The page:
I am giving my first steps on microeconomics and I can't fully understand why by applying a per unit subsidy, the supply curve is shifted by a fixed amount. In wikipedia's words:

Marginal subsidies on production will shift the supply curve to the right until the vertical distance between the two supply curves is equal to the per unit subsidy

But let's say that my supply curve is given by $$ Q_s = -200 +3 \cdot P $$ If a per unit subsidy is applied, the new supply curve is now given by: $$ Q_s = -200 +3 \cdot (P+50) $$ But if the unit of the subsidy is $[\frac{\$}{units}] $ the units of the equation don't match: $$ Q_s [units] = -200[units] +3[\frac{units}{\$}] \cdot (P[\$]+50[\frac{\$}{units}]) $$ So shouldn't a per unit subsidy change the slope of the supply curve rather than shifting it?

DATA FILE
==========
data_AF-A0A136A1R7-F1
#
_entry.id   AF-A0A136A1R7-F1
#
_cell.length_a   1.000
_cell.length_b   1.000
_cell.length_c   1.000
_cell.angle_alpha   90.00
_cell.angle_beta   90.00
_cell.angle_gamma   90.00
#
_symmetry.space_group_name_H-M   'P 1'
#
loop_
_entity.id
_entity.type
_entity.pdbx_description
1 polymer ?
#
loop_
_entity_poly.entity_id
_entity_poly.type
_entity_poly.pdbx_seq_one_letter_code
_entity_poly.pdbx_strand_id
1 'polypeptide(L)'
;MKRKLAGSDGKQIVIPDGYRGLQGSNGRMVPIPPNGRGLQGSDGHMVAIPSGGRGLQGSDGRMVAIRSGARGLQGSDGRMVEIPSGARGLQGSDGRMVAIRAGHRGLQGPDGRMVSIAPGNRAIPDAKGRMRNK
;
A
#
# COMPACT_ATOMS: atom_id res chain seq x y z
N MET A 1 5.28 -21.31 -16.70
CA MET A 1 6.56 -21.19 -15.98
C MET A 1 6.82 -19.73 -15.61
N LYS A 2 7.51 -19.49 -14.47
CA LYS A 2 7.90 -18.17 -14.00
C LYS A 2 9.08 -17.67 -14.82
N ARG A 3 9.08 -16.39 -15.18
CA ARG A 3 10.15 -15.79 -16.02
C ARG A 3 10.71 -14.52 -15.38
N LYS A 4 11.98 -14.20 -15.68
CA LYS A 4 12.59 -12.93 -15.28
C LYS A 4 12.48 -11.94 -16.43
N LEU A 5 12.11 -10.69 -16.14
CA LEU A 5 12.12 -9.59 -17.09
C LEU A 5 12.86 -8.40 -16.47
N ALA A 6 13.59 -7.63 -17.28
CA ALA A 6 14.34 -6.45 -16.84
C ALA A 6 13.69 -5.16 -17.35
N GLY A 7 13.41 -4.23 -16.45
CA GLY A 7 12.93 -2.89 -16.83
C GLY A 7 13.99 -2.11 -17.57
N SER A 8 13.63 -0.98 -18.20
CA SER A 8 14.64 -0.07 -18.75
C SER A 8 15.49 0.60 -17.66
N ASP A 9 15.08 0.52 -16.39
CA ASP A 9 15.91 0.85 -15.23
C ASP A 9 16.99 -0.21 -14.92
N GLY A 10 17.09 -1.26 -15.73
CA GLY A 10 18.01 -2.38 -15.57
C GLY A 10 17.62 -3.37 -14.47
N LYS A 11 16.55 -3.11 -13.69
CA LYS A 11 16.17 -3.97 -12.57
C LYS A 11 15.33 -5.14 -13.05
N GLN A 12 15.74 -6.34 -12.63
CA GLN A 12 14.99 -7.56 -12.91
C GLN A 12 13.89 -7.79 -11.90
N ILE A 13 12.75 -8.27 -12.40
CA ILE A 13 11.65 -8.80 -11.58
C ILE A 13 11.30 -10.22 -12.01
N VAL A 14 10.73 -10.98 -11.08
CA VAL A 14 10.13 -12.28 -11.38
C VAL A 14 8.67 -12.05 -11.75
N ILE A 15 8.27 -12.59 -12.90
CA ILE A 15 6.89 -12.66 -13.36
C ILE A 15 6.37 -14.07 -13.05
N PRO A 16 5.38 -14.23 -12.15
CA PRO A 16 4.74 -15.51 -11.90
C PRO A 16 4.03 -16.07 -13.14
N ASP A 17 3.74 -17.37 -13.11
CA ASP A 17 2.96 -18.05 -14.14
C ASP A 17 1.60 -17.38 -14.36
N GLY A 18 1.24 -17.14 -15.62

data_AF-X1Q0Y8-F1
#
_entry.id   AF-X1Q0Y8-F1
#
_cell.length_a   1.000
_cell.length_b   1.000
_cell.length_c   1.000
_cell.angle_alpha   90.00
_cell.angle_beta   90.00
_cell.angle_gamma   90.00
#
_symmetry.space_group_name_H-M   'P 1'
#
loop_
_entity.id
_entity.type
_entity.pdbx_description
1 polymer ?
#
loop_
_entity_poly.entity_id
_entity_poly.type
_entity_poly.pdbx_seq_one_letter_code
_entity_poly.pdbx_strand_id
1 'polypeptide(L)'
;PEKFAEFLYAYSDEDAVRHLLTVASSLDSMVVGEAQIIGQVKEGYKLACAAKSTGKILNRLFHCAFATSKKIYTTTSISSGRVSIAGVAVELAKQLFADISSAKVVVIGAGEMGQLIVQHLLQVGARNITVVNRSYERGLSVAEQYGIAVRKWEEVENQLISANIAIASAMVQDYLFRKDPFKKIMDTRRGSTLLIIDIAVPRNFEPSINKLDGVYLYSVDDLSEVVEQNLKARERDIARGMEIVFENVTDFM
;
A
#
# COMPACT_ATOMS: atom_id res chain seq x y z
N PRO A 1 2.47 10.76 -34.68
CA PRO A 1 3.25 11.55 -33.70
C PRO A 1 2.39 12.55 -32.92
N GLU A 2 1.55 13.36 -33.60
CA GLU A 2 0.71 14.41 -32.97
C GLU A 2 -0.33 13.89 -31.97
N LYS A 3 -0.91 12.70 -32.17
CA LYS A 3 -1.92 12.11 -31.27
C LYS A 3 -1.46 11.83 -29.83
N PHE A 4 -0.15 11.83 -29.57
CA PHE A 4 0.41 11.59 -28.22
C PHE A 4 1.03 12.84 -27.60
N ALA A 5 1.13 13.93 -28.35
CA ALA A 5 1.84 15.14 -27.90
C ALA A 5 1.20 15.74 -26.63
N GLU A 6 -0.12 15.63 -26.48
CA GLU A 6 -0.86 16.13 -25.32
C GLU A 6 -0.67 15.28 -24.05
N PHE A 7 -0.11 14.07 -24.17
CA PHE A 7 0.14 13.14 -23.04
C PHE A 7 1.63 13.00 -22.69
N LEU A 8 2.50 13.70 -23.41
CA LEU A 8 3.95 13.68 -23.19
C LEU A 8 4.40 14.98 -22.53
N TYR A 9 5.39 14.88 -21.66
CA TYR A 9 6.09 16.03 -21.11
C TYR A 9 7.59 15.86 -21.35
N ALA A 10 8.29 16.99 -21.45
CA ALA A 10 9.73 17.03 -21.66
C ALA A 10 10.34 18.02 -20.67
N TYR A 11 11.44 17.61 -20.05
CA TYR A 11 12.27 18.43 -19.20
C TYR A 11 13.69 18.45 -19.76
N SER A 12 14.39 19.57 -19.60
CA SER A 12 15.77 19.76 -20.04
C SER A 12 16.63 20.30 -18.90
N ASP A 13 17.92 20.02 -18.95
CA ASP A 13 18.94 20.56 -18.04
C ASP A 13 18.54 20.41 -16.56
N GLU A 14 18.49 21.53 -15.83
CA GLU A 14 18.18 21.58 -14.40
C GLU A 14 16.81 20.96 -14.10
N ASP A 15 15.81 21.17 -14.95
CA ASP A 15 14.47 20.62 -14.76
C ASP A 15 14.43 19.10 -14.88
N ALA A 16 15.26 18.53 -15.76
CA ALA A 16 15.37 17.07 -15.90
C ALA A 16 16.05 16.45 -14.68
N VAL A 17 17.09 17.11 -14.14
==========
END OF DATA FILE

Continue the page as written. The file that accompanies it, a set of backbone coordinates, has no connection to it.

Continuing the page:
1 Answer 1


The confusion stems from the fact that the price is also a $\frac{\$}{units}$


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